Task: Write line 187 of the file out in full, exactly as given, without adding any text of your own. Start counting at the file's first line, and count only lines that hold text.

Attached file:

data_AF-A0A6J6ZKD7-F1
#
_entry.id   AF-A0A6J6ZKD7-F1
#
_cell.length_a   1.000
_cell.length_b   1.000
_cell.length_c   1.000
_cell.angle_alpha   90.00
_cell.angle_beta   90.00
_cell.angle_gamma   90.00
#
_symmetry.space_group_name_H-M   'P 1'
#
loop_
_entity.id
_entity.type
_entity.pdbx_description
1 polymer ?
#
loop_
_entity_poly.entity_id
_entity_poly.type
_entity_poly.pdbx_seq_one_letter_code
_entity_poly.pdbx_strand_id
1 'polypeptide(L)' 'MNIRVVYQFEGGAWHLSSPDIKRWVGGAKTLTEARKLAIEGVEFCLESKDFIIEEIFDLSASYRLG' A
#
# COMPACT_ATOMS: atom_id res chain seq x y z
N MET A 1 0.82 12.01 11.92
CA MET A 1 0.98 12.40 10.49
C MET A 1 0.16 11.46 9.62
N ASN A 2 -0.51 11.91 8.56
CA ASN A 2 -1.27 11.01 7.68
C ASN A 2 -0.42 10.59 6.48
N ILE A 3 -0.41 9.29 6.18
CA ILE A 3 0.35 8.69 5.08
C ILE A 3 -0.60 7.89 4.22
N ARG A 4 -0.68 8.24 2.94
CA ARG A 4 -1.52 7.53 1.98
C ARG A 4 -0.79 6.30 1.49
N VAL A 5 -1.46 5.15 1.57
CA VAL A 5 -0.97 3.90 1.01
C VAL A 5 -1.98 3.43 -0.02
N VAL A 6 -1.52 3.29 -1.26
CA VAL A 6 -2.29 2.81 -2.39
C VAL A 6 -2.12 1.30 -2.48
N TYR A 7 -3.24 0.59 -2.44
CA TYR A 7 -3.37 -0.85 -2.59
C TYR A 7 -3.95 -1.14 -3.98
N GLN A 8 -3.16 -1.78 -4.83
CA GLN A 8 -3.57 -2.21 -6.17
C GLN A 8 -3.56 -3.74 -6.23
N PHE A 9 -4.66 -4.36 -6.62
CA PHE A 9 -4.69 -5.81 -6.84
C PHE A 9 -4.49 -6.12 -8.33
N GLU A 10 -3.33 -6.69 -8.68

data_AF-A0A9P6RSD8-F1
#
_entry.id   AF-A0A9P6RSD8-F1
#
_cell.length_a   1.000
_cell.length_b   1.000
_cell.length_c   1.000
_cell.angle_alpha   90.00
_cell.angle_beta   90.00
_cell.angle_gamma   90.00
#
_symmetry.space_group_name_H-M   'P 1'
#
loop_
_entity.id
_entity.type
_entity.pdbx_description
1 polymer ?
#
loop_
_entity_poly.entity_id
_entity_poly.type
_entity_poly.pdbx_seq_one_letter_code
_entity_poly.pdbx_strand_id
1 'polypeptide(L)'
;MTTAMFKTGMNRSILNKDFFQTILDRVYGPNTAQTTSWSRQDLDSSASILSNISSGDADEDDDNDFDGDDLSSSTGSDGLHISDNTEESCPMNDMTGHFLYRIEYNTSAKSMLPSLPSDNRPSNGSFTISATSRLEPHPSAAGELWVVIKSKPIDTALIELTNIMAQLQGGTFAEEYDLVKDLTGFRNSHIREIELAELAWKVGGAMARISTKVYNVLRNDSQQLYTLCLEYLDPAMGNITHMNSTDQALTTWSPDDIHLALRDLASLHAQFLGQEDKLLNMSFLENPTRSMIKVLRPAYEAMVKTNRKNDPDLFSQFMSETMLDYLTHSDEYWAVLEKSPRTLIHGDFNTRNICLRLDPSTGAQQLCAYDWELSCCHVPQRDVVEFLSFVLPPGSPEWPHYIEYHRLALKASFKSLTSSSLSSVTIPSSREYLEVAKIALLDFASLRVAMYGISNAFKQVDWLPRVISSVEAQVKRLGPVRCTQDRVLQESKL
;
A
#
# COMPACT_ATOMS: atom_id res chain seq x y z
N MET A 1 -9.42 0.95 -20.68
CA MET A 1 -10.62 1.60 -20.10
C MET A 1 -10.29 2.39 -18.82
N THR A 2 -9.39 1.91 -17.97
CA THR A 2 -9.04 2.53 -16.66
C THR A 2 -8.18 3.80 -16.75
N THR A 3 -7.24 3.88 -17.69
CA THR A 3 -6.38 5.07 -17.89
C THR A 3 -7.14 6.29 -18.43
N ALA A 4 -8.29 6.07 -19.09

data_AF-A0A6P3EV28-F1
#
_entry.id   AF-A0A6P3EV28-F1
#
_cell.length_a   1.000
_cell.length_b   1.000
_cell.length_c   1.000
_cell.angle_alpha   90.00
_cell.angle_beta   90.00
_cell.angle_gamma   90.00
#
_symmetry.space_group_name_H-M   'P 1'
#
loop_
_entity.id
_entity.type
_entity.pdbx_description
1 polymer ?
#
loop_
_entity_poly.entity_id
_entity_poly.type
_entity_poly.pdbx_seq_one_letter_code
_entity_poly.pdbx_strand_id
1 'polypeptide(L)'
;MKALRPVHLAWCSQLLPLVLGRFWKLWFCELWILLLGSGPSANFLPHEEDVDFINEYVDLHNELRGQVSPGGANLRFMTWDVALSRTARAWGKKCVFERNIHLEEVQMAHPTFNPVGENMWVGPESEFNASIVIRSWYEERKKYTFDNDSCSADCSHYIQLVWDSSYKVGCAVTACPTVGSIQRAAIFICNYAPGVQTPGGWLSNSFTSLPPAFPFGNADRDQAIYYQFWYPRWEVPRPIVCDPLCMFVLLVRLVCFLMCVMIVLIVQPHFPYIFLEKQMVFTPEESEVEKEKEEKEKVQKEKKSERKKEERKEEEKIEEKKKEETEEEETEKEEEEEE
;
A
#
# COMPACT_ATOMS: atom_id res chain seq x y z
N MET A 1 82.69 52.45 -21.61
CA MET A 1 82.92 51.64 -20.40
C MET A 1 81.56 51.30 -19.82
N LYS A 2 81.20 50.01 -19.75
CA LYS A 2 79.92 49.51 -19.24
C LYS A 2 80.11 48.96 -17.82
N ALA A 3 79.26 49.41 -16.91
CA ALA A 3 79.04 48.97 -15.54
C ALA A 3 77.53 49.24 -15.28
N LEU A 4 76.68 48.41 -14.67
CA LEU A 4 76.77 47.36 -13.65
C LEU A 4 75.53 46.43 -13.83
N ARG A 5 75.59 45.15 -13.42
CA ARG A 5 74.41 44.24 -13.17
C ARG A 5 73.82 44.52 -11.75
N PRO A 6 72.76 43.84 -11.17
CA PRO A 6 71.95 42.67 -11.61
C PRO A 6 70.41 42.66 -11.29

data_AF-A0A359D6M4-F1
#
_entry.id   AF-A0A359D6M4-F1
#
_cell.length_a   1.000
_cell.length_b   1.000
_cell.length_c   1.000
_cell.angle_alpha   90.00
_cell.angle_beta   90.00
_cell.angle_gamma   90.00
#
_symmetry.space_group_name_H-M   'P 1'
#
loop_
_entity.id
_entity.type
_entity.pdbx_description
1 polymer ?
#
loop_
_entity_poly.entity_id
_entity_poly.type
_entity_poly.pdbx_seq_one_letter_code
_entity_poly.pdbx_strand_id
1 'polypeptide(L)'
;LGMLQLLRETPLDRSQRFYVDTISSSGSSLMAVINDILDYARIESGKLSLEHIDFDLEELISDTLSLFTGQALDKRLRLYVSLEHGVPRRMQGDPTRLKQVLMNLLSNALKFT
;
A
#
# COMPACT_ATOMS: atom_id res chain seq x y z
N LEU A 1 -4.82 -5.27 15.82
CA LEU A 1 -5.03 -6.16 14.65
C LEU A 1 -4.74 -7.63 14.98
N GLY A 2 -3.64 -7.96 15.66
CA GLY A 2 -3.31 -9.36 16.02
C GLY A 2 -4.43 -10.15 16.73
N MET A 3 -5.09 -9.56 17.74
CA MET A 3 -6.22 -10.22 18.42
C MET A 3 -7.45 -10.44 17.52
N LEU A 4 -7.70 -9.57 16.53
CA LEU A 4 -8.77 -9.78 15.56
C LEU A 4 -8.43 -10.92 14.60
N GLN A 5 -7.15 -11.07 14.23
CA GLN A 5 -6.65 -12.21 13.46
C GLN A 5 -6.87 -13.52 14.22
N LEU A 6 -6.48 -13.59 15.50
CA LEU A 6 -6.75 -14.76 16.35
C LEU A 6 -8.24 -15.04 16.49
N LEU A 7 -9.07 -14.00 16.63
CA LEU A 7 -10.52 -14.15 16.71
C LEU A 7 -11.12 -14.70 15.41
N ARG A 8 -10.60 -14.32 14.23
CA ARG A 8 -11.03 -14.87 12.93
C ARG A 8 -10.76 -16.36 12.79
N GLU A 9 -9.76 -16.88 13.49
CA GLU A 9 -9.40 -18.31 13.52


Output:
CA GLN A 5 -6.65 -12.21 13.46